The proposal I thought made the  most sense was to provide retirees with a secure connection to our network and, as compensation for being available for questioning within AskMe, perhaps covering the cost of their Internet connection. I don’t believe anyone took this idea seriously and it essentially died on the vine.

Intellectual Property & Communication

Now here comes Kelly, pointing out how valuable her former organization, Exact Software, has found maintaining continuous relationships with former employees can be. She also addresses the issue of what kinds of relationships make sense for different types of employees. Specifically, she notes the difference between outward-facing, highly engaged employees as opposed to somewhat sequestered, internally focused employees like many of the Engineers I worked with. She is, however, right on the mark suggesting each of them can be successfully engaged.

For instance, she points to her own experience as an Implementation Consultant for Exact and the work she did in the years since, noting there probably isn’t a great deal the enterprise needs to do to engage her. She is also, I believe, referring in part to her use of Twitter to stay in touch. My Engineer friends are not terribly likely to engage using Twitter (or blogging, or anything else that public for that matter). There are considerations of IP protection they can’t afford to ignore, as well as governmental restrictions like ITAR that, contravened, will surely bite them in the ol’ behind. This can be, and has been, quite expensive and can be done somewhat inadvertently.

Nevertheless, as Kelly points out, there are numerous ways in which an enterprise can stay in touch, and engaged, with its former employees. In Rocketdyne’s case – especially – with those employees who have retired and are not working for another company. She is also pointing out, in my opinion, that CRM (or SCRM) isn’t just for sales and marketing to dun customers with either. Social Media have many applications. Many of them are useful for engaging with an enterprise’s customers, but many are also valuable for engaging one’s own employees (current and former). The lunches and parties sound pretty cool, too.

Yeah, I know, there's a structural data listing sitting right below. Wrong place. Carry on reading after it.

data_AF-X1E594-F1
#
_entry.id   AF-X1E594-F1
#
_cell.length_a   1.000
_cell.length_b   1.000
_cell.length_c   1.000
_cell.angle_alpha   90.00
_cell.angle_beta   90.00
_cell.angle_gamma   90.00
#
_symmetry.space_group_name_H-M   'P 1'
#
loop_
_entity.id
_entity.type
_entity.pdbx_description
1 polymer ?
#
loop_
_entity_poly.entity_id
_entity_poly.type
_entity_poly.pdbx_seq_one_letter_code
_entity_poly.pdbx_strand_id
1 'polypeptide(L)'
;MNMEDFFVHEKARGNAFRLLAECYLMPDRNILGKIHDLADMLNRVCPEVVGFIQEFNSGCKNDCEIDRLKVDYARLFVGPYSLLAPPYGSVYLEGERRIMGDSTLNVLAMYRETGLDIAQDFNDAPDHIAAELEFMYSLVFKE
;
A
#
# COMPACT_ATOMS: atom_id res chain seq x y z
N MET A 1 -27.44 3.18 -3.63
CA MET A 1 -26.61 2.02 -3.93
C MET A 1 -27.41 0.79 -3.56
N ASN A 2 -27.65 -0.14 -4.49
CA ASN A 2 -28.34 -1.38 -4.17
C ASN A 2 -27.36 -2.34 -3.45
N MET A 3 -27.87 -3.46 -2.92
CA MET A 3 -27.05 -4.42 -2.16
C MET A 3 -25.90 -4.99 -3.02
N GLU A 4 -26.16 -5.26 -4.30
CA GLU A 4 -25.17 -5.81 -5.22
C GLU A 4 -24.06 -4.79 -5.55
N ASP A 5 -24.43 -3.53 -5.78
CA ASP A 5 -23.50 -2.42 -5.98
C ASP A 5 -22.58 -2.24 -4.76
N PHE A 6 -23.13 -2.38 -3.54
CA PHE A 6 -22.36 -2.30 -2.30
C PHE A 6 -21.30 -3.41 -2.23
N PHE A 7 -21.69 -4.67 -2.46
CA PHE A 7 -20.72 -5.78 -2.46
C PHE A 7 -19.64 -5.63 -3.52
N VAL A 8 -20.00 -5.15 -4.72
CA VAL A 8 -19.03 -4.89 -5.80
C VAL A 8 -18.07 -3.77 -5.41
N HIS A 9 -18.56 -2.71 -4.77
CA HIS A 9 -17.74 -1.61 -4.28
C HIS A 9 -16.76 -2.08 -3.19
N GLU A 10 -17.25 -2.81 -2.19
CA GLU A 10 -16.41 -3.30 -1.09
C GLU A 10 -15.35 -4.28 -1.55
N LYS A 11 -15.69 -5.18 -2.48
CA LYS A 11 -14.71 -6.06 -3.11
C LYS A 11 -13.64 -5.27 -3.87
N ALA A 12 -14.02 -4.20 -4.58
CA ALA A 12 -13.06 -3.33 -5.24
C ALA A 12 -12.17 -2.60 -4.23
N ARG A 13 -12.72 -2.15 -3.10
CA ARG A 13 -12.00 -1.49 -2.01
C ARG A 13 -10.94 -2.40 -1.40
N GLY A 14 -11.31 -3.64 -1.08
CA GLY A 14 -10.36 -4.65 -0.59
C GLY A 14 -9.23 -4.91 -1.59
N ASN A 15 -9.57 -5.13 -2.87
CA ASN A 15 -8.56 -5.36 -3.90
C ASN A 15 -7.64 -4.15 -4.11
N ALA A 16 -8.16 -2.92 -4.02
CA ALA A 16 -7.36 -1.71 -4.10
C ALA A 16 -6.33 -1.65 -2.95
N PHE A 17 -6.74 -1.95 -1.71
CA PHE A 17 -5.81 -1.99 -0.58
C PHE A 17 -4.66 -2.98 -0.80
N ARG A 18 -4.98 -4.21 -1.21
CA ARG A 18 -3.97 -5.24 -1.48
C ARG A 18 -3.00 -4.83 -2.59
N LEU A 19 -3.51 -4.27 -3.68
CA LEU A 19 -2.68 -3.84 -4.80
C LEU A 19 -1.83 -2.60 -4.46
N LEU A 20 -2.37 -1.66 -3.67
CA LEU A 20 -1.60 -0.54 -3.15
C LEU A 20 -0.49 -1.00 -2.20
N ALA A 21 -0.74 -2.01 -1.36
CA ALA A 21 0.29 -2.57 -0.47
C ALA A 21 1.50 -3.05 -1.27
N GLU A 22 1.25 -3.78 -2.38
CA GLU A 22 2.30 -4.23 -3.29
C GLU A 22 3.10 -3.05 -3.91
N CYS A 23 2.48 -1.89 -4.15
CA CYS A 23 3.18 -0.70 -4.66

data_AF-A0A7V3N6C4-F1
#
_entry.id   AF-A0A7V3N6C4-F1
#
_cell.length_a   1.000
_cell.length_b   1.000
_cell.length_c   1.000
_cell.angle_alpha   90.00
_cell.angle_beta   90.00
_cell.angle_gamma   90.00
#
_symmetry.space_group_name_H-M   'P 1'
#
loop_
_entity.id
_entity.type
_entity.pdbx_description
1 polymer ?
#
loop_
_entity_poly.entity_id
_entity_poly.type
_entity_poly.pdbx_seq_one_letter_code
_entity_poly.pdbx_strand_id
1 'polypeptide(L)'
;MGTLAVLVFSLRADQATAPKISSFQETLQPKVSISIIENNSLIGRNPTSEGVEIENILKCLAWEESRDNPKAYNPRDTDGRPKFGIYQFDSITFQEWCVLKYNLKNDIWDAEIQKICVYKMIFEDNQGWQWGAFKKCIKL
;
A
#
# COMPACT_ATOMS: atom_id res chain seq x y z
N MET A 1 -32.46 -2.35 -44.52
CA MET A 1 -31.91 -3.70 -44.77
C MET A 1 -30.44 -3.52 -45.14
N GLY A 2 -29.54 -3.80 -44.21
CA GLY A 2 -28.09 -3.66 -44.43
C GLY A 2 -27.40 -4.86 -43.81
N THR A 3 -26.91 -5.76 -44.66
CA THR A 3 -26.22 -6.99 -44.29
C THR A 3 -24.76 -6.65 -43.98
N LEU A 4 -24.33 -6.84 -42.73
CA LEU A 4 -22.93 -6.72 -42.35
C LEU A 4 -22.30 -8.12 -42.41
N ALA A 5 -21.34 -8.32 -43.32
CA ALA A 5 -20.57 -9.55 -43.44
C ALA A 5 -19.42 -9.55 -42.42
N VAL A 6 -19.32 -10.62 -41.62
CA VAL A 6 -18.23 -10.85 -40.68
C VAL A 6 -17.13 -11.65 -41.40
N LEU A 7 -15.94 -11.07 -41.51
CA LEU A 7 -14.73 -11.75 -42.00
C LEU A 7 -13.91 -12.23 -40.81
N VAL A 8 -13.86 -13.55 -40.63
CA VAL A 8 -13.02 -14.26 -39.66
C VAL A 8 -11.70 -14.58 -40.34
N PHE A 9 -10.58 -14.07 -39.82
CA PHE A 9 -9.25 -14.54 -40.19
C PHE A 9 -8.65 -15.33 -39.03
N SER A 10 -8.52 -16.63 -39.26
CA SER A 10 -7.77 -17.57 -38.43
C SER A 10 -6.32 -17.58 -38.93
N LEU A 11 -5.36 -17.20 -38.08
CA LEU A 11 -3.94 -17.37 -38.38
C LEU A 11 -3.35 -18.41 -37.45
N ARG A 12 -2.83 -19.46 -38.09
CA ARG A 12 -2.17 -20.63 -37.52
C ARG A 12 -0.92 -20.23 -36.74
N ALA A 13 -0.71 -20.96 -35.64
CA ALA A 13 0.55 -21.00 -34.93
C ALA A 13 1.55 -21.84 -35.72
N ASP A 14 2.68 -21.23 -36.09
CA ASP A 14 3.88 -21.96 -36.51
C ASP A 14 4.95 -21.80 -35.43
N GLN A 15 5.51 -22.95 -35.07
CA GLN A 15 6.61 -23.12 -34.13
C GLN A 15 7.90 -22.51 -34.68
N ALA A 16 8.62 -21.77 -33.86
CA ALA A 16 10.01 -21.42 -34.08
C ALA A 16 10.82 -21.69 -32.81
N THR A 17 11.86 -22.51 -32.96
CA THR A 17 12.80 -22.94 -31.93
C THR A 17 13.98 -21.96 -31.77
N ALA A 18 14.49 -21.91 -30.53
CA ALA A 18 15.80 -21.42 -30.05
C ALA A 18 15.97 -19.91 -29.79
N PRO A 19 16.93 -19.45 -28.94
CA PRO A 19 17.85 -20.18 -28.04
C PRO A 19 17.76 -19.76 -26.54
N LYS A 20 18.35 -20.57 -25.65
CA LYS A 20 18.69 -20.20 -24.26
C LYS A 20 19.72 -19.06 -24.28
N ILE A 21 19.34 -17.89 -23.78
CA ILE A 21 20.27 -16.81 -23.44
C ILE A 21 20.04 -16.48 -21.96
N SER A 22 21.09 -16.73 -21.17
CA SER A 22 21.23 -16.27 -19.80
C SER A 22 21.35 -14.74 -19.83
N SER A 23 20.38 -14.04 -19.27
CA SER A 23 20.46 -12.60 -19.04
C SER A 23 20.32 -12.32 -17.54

PS – The article she credits me with was a few paragraphs of my opinion of what Hutch Carpenter (VP of Product at Spigit@bhc3) had to say at his blog, “I’m Not Actually a Geek” (which he really is, but you didn’t hear that from me).


Enterprise 2.0 Conference Still Percolating in my Head

Almost three weeks ago I had the good fortune to attend my first Enterprise 2.0 Conference, in Boston, MA. My attendance, though highly sought after (by me) for over a year (as a representative of the company I just “retired” from), was still somewhat serendipitous, and relied heavily on the generosity of Susan Scrupski, the Executive Director (or, as she is wont to describe herself, the Concierge) of the 2.0 Adoption Council.

This was a new experience for me and I had no knowledge of what, exactly, had taken place in previous conferences – other than what generally takes place at most conferences. There was one major difference this event was going to mean for me. For well over a year I had been accumulating “friends” through my use of social media, especially Twitter. I had never met any of these people face-to-face, yet many of them I felt I knew reasonably well and, in fact, quite a few of them I believed I could trust – at least as much as I would trust any colleague I had ever worked with. Now I was going to have the opportunity to spend some face-time with them, rubbing (and bending . . . over numerous beers) elbows for over three days.

A little over a month ago I posted about the possibilities of building relationships virtually and argued that face-to-face meetings, though valuable, were not necessarily the sine qua non of meaningful, trusting, and useful relationships. I was primarily addressing business relationships and, especially, the necessary interplay of colleagues – peripherally touching on sales and arms-length transactions as well.

I haven’t changed my thoughts on the value of virtual contact and the ability to have meaningful relationships without meeting face-to-face . . . but I surely had to think deeply about it after Boston. Here’s why. My first full day there I made it to the all-day Black-Belt practitioner’s session a couple hours late, due to several snafus I experienced with Boston’s public transportation. I entered a room with no less than 60 or 70 people seated at round tables facing the front of the room as a presentation was being given. I managed to find an empty space, sat down, and immediately started searching the room for “familiar” faces. I soon spotted two people I had become “friends” with via their blogs and, especially, through numerous conversations we’d had on Twitter – Luis Suarez and Mary Abraham (@elsau and @VMaryAbraham, respectively).

I was able to recognize both of them despite the fact I had never seen them in person and only knew what they looked like based on their avatars. This in and of itself should be a good indication of authenticity, now that I think about it. At any rate, as soon as there was a break I moved over to their table and was greeted with the warmth and enthusiasm reserved for old friends. I’m not sure I can adequately express the feelings I had right then and, frankly, it’s taken me this long to sort out my feelings and what I think I learned from the entire experience. I’m not quite certain I’ve processed it all yet, but I’m finally able to complete enough of my thoughts to get a blog out.